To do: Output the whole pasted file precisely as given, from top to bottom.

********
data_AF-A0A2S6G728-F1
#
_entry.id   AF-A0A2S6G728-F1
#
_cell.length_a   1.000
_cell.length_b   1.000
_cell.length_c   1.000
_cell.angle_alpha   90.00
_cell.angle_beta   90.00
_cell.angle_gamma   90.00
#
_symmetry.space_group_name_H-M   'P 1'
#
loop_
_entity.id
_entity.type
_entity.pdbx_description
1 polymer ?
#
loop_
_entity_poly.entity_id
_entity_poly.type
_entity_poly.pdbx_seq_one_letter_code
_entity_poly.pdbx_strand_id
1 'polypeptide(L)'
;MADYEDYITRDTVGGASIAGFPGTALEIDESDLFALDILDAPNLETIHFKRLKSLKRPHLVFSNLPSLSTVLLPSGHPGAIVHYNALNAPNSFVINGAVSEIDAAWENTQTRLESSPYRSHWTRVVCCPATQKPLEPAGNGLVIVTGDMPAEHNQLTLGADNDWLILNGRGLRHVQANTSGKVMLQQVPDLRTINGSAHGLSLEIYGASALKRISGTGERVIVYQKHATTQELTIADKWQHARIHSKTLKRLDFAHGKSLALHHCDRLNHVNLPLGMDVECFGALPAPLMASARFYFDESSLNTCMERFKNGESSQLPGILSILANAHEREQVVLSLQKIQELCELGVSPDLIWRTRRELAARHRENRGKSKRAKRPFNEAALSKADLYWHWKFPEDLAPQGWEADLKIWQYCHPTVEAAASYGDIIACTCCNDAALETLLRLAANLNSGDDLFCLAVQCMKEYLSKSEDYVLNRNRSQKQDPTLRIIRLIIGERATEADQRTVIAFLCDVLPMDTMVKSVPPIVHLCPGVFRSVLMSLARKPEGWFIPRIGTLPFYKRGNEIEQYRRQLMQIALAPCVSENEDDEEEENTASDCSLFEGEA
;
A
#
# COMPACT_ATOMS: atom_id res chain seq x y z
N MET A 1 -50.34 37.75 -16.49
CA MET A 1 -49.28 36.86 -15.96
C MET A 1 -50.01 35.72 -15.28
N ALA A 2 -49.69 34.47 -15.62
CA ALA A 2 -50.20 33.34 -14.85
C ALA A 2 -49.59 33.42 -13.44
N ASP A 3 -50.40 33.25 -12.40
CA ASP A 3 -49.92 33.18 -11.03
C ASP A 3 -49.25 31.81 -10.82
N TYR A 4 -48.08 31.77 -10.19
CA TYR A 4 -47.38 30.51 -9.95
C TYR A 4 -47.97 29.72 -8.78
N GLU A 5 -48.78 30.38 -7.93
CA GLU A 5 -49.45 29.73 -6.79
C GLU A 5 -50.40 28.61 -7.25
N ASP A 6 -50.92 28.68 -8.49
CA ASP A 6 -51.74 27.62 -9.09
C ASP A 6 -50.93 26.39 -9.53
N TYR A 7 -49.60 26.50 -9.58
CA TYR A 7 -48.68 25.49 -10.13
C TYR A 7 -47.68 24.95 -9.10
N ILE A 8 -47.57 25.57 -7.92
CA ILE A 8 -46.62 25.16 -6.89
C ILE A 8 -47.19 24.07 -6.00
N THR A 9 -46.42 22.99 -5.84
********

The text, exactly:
data_AF-A0A2S6G728-F1
#
_entry.id   AF-A0A2S6G728-F1
#
_cell.length_a   1.000
_cell.length_b   1.000
_cell.length_c   1.000
_cell.angle_alpha   90.00
_cell.angle_beta   90.00
_cell.angle_gamma   90.00
#
_symmetry.space_group_name_H-M   'P 1'
#
loop_
_entity.id
_entity.type
_entity.pdbx_description
1 polymer ?
#
loop_
_entity_poly.entity_id
_entity_poly.type
_entity_poly.pdbx_seq_one_letter_code
_entity_poly.pdbx_strand_id
1 'polypeptide(L)'
;MADYEDYITRDTVGGASIAGFPGTALEIDESDLFALDILDAPNLETIHFKRLKSLKRPHLVFSNLPSLSTVLLPSGHPGAIVHYNALNAPNSFVINGAVSEIDAAWENTQTRLESSPYRSHWTRVVCCPATQKPLEPAGNGLVIVTGDMPAEHNQLTLGADNDWLILNGRGLRHVQANTSGKVMLQQVPDLRTINGSAHGLSLEIYGASALKRISGTGERVIVYQKHATTQELTIADKWQHARIHSKTLKRLDFAHGKSLALHHCDRLNHVNLPLGMDVECFGALPAPLMASARFYFDESSLNTCMERFKNGESSQLPGILSILANAHEREQVVLSLQKIQELCELGVSPDLIWRTRRELAARHRENRGKSKRAKRPFNEAALSKADLYWHWKFPEDLAPQGWEADLKIWQYCHPTVEAAASYGDIIACTCCNDAALETLLRLAANLNSGDDLFCLAVQCMKEYLSKSEDYVLNRNRSQKQDPTLRIIRLIIGERATEADQRTVIAFLCDVLPMDTMVKSVPPIVHLCPGVFRSVLMSLARKPEGWFIPRIGTLPFYKRGNEIEQYRRQLMQIALAPCVSENEDDEEEENTASDCSLFEGEA
;
A
#
# COMPACT_ATOMS: atom_id res chain seq x y z
N MET A 1 -50.34 37.75 -16.49
CA MET A 1 -49.28 36.86 -15.96
C MET A 1 -50.01 35.72 -15.28
N ALA A 2 -49.69 34.47 -15.62
CA ALA A 2 -50.20 33.34 -14.85
C ALA A 2 -49.59 33.42 -13.44
N ASP A 3 -50.40 33.25 -12.40
CA ASP A 3 -49.92 33.18 -11.03
C ASP A 3 -49.25 31.81 -10.82
N TYR A 4 -48.08 31.77 -10.19
CA TYR A 4 -47.38 30.51 -9.95
C TYR A 4 -47.97 29.72 -8.78
N GLU A 5 -48.78 30.38 -7.93
CA GLU A 5 -49.45 29.73 -6.79
C GLU A 5 -50.40 28.61 -7.25
N ASP A 6 -50.92 28.68 -8.49
CA ASP A 6 -51.74 27.62 -9.09
C ASP A 6 -50.93 26.39 -9.53
N TYR A 7 -49.60 26.50 -9.58
CA TYR A 7 -48.68 25.49 -10.13
C TYR A 7 -47.68 24.95 -9.10
N ILE A 8 -47.57 25.57 -7.92
CA ILE A 8 -46.62 25.16 -6.89
C ILE A 8 -47.19 24.07 -6.00
N THR A 9 -46.42 22.99 -5.84